So why did he get it? It is NOT because he's black. If The One were conservative or libertarian, he would never have been considered.

Perhaps political leaders are just very important for people on the Left. One youtube user has identified nearly 300 home-videos¹ by supporters of The One in which they tell their children to proclaim their love for him, to support him, to dress up like him, or to sing to him. There are likely hundreds if not thousands more videos. Who knows how many actual incidents of such veneration have taken place? Incidentally, there are only about a dozen videos of children lauding McCain. It is clear that many liberals truly love The One. Excuses such as "community organizing" and blackness may be given, but ultimately the award is for politics.

Although, maybe the ignoble peace prize actually demeans The One. How could such a wondrous being feel accomplishment at receiving a mere human award? The One is the New Man, thus a better award should be made up for him.

Back to Reality
Giving rewards based on political allegiance can be expected from characteristically left-wing universities. But sadly, now it is an important criterion at the newly dubbed Ignoble Prize Foundation. Imagine now, a new caste system, with good, progressive "ubermensches" at the top. Where will you fall in such a system?


Saturday, October 3, 2009

King's College Scraps Debate Team

As of Fall 2009, the King's College debate team is officially nonexistent. Funds have been cut. For those familiar with team's past, there are a lot of memories to cherish, especially since the debate team was once quite good.

During the early 60's, with Mr. Robert Connelly as its director, the team gained renown in intercollegiate competition. King's debaters Frank Harrison '61, Peter Smith '62, Richard Passion '61, and Edward Hanlon '61 outwitted students from much larger schools. The 1960-61 season was the apex of their success as they finished second in the nation after Harvard.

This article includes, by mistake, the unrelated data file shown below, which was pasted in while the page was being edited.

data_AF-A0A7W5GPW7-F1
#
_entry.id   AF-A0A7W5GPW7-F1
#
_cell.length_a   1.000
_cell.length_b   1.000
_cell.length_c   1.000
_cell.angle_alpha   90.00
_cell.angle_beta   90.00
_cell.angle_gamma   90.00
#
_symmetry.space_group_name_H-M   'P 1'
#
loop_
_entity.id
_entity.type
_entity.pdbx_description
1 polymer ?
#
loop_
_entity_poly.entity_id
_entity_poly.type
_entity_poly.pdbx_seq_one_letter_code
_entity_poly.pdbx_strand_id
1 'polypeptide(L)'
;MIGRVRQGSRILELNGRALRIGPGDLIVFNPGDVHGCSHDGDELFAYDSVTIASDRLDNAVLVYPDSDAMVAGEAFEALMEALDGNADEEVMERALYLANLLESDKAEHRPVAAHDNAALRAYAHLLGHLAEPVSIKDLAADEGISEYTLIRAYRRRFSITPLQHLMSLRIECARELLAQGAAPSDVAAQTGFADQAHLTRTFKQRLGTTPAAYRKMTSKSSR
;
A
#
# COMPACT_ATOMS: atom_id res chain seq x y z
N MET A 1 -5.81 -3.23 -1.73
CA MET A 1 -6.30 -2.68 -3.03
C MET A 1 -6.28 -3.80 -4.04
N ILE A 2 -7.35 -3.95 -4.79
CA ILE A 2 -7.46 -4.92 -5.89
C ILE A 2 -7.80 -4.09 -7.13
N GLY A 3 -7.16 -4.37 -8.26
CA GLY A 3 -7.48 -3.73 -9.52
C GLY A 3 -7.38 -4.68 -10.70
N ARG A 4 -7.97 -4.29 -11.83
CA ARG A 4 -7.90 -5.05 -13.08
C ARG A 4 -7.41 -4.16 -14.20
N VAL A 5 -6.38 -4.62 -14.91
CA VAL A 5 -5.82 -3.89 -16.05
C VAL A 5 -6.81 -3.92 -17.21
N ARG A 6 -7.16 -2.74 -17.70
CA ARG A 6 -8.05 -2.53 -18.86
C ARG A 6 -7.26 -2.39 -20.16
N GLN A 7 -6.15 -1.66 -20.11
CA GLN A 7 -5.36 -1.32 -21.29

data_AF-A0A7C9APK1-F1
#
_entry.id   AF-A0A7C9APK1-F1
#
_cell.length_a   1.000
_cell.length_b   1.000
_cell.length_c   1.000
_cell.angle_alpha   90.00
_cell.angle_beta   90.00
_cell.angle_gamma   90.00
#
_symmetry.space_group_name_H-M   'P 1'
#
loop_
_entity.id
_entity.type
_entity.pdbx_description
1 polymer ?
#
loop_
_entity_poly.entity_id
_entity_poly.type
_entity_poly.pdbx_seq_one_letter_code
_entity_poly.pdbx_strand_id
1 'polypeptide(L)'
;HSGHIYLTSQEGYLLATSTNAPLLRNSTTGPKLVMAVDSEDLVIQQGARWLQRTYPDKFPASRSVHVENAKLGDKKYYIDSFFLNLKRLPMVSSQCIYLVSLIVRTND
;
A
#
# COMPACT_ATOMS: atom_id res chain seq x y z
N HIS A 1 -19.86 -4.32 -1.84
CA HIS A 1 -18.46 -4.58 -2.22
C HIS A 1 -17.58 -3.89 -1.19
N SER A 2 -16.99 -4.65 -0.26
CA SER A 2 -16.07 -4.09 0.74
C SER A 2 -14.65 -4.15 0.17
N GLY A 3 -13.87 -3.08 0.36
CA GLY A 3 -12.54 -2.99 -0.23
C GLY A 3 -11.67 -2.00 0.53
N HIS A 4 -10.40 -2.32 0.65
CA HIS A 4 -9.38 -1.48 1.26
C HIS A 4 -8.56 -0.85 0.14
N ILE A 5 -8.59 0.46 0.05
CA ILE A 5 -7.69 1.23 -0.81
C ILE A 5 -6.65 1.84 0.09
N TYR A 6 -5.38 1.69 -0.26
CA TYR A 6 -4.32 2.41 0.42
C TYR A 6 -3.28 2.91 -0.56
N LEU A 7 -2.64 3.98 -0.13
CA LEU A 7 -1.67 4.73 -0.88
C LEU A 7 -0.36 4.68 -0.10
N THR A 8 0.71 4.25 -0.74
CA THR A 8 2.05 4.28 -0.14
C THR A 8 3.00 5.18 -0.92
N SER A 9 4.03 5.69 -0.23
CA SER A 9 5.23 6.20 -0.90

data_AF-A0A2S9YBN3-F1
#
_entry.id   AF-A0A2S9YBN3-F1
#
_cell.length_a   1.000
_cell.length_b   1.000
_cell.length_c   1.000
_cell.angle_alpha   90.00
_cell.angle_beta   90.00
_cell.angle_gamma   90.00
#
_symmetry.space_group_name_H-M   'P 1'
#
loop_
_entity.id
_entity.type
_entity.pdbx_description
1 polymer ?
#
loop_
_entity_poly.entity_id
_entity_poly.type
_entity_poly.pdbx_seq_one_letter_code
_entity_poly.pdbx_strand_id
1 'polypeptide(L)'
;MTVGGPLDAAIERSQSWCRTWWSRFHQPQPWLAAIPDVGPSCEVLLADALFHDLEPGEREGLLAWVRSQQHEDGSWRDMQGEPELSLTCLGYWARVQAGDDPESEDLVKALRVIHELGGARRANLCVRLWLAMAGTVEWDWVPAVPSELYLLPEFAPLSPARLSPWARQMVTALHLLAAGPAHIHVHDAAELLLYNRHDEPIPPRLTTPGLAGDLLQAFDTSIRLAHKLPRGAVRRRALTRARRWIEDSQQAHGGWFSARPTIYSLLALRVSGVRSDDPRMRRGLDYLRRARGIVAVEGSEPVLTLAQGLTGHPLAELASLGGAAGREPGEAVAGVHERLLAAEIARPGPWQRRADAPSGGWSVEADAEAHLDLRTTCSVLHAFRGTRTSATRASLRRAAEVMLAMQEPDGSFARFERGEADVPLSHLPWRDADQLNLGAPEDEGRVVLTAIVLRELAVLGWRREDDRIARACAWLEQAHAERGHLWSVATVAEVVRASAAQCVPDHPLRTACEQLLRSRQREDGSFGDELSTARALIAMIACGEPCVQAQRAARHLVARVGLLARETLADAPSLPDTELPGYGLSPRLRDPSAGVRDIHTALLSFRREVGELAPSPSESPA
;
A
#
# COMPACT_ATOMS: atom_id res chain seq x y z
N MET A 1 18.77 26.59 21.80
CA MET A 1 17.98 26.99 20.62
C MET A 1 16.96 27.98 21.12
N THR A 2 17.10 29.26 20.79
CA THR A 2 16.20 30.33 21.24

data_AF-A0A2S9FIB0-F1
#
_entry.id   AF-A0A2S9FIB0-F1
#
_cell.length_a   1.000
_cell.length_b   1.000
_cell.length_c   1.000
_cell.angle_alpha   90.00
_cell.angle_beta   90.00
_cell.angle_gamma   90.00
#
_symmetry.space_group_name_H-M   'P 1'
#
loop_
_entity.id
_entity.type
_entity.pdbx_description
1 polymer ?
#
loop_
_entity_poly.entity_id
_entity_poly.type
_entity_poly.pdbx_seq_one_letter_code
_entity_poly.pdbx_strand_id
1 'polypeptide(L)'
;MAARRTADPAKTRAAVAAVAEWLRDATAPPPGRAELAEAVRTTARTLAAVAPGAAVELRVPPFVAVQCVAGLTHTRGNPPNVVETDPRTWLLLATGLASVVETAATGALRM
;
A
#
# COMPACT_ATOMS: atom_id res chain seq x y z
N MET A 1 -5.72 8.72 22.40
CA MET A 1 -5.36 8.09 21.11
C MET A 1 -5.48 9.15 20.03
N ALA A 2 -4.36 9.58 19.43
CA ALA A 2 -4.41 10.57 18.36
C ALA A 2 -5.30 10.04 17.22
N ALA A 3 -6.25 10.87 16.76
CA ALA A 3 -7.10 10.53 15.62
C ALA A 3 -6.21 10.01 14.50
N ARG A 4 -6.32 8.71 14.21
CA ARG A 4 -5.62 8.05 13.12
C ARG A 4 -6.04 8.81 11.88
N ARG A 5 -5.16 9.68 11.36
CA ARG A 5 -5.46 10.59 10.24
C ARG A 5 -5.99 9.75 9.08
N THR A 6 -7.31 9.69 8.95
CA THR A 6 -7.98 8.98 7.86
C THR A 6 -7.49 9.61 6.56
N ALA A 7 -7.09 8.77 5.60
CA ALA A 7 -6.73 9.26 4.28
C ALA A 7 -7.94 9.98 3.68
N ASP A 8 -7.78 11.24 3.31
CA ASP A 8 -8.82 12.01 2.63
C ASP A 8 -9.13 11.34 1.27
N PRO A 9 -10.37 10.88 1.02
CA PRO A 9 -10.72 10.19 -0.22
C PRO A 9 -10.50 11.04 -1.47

Future Congressman Frank Harrison (right) with debate team director Robert Connelly (center) and Peter Smith (right) in 1960

It is interesting to note that the debate topic that year was "That the United States should adopt a program of compulsory health insurance for all citizens." I wonder which side the King's students took.

The debate team enjoyed continued success under Mr. Connelly. Subsequent directors guided the debate team after Connelly's retirement.

The final debate event at King's took place in the McGowan building this past September. One of the men at the desk told me the team was discontinued due to tough going in the economy. However, there is no sign of poverty on the King's campus. The recently-dedicated Gateway Corners building and a new marble fountain attest to ample availability of funds at King's College. Furthermore, the King's website boasts 40 clubs and organizations as well as 19 intercollegiate sports teams.

Alas, it is not tough times per se that led the funds to be cut, but that the debate team was placed low on the funds totem pole. The reason may be due to students' lack of interest in a debate team. Indeed, ever since the gracious donations of William G. McGowan to King's business school, the student body has morphed to comprise nearly 50% business students--who would ostensibly be less inclined to join a debate team than would liberal arts majors.

Although King's business direction has boded badly for the debate team, King's efficiently serves the wants and needs of its community. However, let us not forget our renowned forefathers. Raise a toast, therefore, in honor of our King's debate teams.
First and last photo from Rooted in Hope: The First Fifty Years of King's College 1946-1996

Middle photo:The Wyoming Valley: An American Portrait
(page 166)

Friday, October 2, 2009

Poetry: "End of Summer"

Go and search for white May blossoms,
Drifting, clinging, everywhere,
Go and search for June's red roses,
While their fragrance fills the air,
Go and search for garden flowers,
In hues so bright and gay and fair,
Go and search for golden sunbeams,
Darting, slanting, past my door,
September's here, and summer's over,
Go and search no more.

-Mary Marcella Mayock circa 1993